Another Reason for the COVID-19 Closure Craze
Sadly, the COVID-19 period of American history will be studied for generations. Significant politicization of the issue and how it was used to advance personal ambitions in egregious ways is a much-discussed topic, especially on Capitol Hill. A recent exchange between Rep. Jim Jordan (R-Ohio) and former Director of National Intelligence of the United States John Ratcliffe is jarring.
At the beginning of the pandemic, all the experts knew the virus was born in a lab. Ratcliffe, as the Director of National Intelligence, knew that. Secretary of State Mike Pompeo knew it came from a lab. The top public health official, Dr. Robert R. Redfield, a virologist, testified he thought it came from a lab. Yet, somehow, Dr. Anthony Fauci and others were allowed to paint that as a "conspiracy theory," arguing instead that it was clearly of "natural origins."
Former DNI Ratcliffe: "The best evidence of that is their conversations, which say that they didn't want unwanted attention to the relationships that were taking place between Western virologists and those working within the Wuhan Institute of Virology and funding sources for some of that research."
Rep. Jordan: "Yeah, our money to a lab in China that wasn't up to code that was doing gain-of-function research, and that's where this thing came from."
The whole thing is maddening. There was the social distancing, the wiping off groceries when you got home from the store. There was the use of masks and the tightening of hospital and even funeral visits. There was, of course, the COVID shot and all the controversies surrounding that. Also, the massive lockdowns that were so harmful, especially to our children, in terms of unnecessary school closures that have dramatically impacted their lives and learning skills.
The question is not, why did the government push all this -- others are focusing on that. Instead, why did we allow it? Why would Americans go along with the farce and the drastic upending of our lives in the face of evidence strongly suggesting it was unnecessary?
Fear is a significant contributor -- fear and manipulation. We didn't know how harmful this virus was. They told us we would all die, so the majority, understandably, believed "the experts." The media also despicably manipulated us with our loved ones. You get the shot "for your loved ones, to protect them," they told us. That message was powerful for millions with elderly parents and other family members.
But there is another aspect - the "pause," the break from commerce and work. We wanted it. In many ways, we desperately needed it. America has made an idol of business. The pressure of working to get ahead and not let others pass you by is immense, and millions are tired. This, too, made us susceptible to allowing others to "force" us into it.
As an associate pastor, along with my day job, I can see this attitude contributing to many members going along with unnecessary church closings. Church life, too, can get overly busy. If leaders and pastors are not careful, they can put enormous pressure on staff and volunteers in various unhealthy ways.
So, like the child pretending to be sick to get an unscheduled break from school, in a way, we went along with the madness because it gave us the perk of much-needed rest from the American way of "productivity." It gave us time with family -- a much-needed time for deep human connection.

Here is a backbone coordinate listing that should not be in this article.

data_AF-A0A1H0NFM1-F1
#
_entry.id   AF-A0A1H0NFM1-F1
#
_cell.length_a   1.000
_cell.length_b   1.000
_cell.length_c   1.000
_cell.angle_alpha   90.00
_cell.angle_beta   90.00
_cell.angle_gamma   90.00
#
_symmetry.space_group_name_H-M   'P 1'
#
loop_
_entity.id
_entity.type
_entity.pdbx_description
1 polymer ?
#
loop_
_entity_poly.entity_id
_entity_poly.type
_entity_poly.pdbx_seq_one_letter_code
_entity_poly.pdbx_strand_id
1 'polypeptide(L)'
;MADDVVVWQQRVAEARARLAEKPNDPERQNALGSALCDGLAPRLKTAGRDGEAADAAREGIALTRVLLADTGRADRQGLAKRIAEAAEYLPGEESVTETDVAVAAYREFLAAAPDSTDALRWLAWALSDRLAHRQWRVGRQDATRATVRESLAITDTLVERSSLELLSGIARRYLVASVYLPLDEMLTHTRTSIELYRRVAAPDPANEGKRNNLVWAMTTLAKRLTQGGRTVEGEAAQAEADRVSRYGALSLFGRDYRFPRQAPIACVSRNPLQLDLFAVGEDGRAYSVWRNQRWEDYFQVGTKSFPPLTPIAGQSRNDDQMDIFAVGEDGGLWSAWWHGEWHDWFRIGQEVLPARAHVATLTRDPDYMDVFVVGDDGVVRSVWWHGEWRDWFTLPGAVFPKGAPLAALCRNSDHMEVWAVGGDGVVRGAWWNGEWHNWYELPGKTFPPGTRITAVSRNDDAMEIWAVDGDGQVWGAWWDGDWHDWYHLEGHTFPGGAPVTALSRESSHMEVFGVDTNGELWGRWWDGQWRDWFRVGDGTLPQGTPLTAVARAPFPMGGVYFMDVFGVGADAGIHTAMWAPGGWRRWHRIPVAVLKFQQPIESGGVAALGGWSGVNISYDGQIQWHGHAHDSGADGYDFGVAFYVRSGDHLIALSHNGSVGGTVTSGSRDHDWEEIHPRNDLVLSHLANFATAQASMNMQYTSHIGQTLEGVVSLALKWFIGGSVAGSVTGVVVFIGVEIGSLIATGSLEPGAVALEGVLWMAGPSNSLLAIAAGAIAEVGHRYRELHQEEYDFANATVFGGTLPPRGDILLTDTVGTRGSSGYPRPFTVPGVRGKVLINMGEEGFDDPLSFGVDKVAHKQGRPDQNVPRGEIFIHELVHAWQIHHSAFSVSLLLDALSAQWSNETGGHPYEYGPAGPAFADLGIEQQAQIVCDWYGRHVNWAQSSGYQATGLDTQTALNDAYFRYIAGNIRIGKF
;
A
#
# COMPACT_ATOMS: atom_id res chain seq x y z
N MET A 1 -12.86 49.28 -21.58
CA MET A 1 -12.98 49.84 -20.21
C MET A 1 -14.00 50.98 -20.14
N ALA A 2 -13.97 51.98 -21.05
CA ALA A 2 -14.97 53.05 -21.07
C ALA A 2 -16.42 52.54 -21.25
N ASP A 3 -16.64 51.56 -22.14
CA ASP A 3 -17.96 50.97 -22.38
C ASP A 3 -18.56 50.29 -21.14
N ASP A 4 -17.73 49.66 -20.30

As America has become more secularized, we have neglected the wisdom of God. And rest is part of that wisdom. But God's statutes are based on truth, not personal preferences or imaginary, unnecessary devotions to a deity. Therefore, we ignore God's principles at our own peril. The commandment, "Six days you shall labor and do all your work, but the seventh day is the Sabbath of the Lord your God" (Exodus 20:8) reflects our reality. It reflects the way we were made.
It recognizes that we are more than the material from which we were made; we have a soul. The burnout that so many experience today is really an emotional, mental, and spiritual experience, much more than a mere physical one. We are cyclical beings. There is rhythm and harmony to life. Even those who are not religious can recognize that. We need rest. But we have neglected this principle in our culture, not to mention our public policy.
If you had to guess, how many Americans would you say, "Remember the Sabbath"? Not many. Even those who would answer that question in terms of going to church miss the bigger connotations of the holy principle. We have lost most laws that encouraged Sabbath keeping. On the contrary, the 24-hour, 7 days-a-week, 365 days-of-the-year nonstop work is what is celebrated.
But for a period, during the pandemic, that trend was broken, and that part of it felt good. Many needed that break. It was long overdue. But it need not get to that point.
We should learn from this. Personally and culturally, Americans should value rest, familial connections, and strong community bonds much more than we have in recent memory. We should go back to recognizing the divine principle of Sabbath-keeping and enact laws that better reflect how we were created.
Mario Diaz, Esq is senior counsel for Concerned Women for America, the nation’s largest public policy women’s organization and an associate pastor of ministry in Woodbridge, VA.
Image: Elvert Barnes